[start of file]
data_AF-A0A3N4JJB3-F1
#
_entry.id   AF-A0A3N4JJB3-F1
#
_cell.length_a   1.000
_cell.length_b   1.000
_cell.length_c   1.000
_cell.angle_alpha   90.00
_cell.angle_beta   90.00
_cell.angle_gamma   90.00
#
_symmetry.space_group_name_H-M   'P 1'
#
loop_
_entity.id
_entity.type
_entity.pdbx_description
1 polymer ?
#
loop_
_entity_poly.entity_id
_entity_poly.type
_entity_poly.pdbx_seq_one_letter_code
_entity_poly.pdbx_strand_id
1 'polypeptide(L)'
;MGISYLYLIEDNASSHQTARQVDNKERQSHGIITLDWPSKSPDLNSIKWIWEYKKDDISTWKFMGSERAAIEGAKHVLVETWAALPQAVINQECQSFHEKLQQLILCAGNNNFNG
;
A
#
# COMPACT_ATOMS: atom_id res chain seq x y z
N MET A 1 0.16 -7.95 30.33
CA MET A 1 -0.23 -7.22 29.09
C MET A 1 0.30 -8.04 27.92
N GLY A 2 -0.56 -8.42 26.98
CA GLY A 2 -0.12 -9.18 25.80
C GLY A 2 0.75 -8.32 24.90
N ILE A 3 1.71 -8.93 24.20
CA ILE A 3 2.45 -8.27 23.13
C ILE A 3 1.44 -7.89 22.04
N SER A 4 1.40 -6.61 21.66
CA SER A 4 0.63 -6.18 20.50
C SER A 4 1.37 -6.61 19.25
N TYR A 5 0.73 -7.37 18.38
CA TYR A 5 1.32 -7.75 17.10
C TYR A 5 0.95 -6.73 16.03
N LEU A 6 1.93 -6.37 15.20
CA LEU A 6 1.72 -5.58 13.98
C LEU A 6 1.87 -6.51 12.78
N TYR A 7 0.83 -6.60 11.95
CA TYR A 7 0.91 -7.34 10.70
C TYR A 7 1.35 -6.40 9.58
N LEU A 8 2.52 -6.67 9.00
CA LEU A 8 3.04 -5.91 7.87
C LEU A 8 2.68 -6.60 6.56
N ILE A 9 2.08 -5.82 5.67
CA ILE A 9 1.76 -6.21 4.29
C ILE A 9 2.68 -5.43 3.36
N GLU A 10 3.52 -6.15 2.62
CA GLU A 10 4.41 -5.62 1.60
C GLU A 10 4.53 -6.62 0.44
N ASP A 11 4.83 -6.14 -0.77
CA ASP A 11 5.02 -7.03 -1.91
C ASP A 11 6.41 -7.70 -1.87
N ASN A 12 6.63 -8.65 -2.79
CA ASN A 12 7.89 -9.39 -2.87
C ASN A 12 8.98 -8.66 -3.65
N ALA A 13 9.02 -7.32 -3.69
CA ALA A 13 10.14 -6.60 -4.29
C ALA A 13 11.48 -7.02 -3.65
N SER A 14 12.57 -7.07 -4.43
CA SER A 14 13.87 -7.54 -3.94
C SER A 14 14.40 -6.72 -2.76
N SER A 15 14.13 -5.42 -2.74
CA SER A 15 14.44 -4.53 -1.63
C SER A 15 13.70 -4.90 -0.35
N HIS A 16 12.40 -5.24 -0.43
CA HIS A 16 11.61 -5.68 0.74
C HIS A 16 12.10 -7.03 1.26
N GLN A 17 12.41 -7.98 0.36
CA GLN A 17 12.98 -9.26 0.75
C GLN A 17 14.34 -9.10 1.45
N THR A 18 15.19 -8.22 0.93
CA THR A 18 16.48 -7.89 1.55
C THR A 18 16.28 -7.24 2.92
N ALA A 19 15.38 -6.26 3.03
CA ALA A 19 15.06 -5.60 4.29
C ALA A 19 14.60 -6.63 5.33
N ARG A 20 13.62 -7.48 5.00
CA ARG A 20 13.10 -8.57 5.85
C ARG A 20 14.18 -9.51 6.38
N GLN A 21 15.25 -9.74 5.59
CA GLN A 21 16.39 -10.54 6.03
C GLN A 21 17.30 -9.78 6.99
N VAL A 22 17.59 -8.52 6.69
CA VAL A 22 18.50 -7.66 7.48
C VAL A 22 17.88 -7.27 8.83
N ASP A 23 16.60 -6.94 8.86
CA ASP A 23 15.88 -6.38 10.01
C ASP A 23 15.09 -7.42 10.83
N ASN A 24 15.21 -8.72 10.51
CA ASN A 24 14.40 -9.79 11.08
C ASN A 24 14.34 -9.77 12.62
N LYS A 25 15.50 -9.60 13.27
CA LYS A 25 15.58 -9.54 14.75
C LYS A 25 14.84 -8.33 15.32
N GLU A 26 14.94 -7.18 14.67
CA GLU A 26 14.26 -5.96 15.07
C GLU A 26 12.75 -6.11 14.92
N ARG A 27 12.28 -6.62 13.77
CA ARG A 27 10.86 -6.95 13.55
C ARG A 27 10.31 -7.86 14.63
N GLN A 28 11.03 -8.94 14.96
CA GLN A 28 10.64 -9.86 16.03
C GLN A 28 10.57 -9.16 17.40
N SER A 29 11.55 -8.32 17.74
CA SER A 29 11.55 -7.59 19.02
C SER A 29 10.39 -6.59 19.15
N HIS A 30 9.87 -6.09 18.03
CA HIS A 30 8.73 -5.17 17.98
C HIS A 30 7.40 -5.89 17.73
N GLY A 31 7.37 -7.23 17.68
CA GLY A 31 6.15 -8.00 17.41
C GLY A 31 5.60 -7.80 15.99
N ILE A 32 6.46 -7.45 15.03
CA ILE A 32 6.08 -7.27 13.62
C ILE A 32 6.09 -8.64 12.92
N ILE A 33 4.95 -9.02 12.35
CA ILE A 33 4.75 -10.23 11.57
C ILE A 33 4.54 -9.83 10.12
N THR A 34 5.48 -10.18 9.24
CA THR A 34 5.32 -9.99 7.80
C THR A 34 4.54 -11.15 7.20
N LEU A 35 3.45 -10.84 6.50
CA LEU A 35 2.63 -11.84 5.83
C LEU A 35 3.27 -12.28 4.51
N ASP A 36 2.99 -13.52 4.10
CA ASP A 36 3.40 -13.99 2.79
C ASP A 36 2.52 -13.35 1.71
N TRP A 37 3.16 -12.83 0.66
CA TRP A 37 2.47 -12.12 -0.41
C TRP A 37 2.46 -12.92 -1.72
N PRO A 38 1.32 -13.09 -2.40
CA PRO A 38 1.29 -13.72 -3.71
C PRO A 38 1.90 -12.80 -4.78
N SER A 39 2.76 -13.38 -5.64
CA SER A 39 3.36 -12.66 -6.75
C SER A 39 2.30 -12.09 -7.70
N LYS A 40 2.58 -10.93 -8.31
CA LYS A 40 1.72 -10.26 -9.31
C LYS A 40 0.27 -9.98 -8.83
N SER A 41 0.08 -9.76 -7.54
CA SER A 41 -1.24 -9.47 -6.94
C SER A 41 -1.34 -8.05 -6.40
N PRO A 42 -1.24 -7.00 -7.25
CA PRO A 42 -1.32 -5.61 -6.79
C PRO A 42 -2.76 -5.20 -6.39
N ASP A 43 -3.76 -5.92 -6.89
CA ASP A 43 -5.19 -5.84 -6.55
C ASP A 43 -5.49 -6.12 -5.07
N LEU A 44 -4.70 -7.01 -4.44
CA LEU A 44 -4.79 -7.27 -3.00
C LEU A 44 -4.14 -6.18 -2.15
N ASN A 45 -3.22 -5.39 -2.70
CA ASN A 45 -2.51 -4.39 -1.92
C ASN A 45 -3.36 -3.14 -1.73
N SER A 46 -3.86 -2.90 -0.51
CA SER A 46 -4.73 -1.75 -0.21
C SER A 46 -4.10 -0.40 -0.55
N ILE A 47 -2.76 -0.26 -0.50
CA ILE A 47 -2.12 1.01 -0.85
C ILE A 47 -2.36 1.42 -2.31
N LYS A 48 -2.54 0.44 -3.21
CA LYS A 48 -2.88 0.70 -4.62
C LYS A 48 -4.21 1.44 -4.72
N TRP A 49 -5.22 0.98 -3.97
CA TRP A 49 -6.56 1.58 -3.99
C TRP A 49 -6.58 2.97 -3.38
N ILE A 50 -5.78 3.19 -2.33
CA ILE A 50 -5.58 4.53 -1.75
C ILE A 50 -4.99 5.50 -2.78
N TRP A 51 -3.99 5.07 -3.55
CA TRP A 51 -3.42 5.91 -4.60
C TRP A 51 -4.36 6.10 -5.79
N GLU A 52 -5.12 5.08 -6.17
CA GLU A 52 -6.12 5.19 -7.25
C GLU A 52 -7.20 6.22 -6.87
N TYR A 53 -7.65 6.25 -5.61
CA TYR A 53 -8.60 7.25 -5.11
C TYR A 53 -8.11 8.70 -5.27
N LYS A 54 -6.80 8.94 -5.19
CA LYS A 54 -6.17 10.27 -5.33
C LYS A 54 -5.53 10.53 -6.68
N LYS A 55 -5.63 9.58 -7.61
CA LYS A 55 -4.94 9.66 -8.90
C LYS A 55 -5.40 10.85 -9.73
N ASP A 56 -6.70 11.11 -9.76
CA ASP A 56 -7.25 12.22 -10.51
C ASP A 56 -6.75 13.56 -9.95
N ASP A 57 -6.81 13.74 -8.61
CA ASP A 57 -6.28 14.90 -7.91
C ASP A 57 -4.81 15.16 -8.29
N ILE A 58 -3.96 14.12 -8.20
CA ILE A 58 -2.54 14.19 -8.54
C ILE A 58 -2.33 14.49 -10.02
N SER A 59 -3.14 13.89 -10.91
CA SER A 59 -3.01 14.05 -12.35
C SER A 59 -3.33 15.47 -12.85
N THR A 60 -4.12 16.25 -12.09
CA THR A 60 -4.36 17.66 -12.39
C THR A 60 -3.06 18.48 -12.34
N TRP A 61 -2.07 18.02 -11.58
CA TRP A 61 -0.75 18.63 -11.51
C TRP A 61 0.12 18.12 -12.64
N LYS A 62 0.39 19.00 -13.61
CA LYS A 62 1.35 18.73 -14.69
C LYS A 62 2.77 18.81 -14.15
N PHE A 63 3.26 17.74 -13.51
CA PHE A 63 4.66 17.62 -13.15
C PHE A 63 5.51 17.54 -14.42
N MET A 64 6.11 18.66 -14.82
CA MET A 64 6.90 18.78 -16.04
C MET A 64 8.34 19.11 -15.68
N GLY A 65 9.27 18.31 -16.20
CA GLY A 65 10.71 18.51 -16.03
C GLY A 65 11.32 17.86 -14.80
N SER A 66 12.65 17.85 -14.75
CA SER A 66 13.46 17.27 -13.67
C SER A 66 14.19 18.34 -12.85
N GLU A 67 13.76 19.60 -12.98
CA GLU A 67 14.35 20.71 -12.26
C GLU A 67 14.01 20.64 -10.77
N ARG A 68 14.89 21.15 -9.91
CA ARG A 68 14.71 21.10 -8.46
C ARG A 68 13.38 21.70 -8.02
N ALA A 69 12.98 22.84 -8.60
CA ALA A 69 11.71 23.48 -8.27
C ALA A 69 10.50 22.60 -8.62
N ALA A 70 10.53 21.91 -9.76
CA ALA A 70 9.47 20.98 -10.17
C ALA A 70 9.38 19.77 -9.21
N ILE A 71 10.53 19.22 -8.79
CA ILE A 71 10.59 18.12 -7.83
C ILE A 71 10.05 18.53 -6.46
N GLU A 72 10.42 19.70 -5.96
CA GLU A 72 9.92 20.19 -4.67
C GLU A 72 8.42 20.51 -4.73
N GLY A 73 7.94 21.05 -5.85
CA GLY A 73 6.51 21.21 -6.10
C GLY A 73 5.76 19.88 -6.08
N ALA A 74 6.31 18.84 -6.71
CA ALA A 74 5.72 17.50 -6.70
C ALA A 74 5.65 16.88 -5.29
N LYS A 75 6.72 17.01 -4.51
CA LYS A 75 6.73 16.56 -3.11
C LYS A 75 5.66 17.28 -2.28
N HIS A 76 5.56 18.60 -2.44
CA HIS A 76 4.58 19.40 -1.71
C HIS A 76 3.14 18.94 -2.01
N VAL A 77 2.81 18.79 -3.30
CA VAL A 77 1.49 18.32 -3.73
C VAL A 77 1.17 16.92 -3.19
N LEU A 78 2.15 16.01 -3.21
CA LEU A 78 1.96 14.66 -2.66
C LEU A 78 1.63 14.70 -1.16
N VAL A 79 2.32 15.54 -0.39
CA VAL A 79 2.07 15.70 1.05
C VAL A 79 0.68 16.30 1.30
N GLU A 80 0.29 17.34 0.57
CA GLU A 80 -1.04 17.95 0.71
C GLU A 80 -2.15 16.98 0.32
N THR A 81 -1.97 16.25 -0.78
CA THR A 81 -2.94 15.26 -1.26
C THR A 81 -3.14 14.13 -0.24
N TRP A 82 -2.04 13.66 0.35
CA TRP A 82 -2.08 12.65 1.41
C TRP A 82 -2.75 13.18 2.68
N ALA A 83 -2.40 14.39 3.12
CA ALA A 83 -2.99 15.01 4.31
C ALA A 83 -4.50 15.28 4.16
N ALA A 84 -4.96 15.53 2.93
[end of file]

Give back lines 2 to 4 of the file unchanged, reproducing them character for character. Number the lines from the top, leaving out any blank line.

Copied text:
#
_entry.id   AF-A0A3N4JJB3-F1
#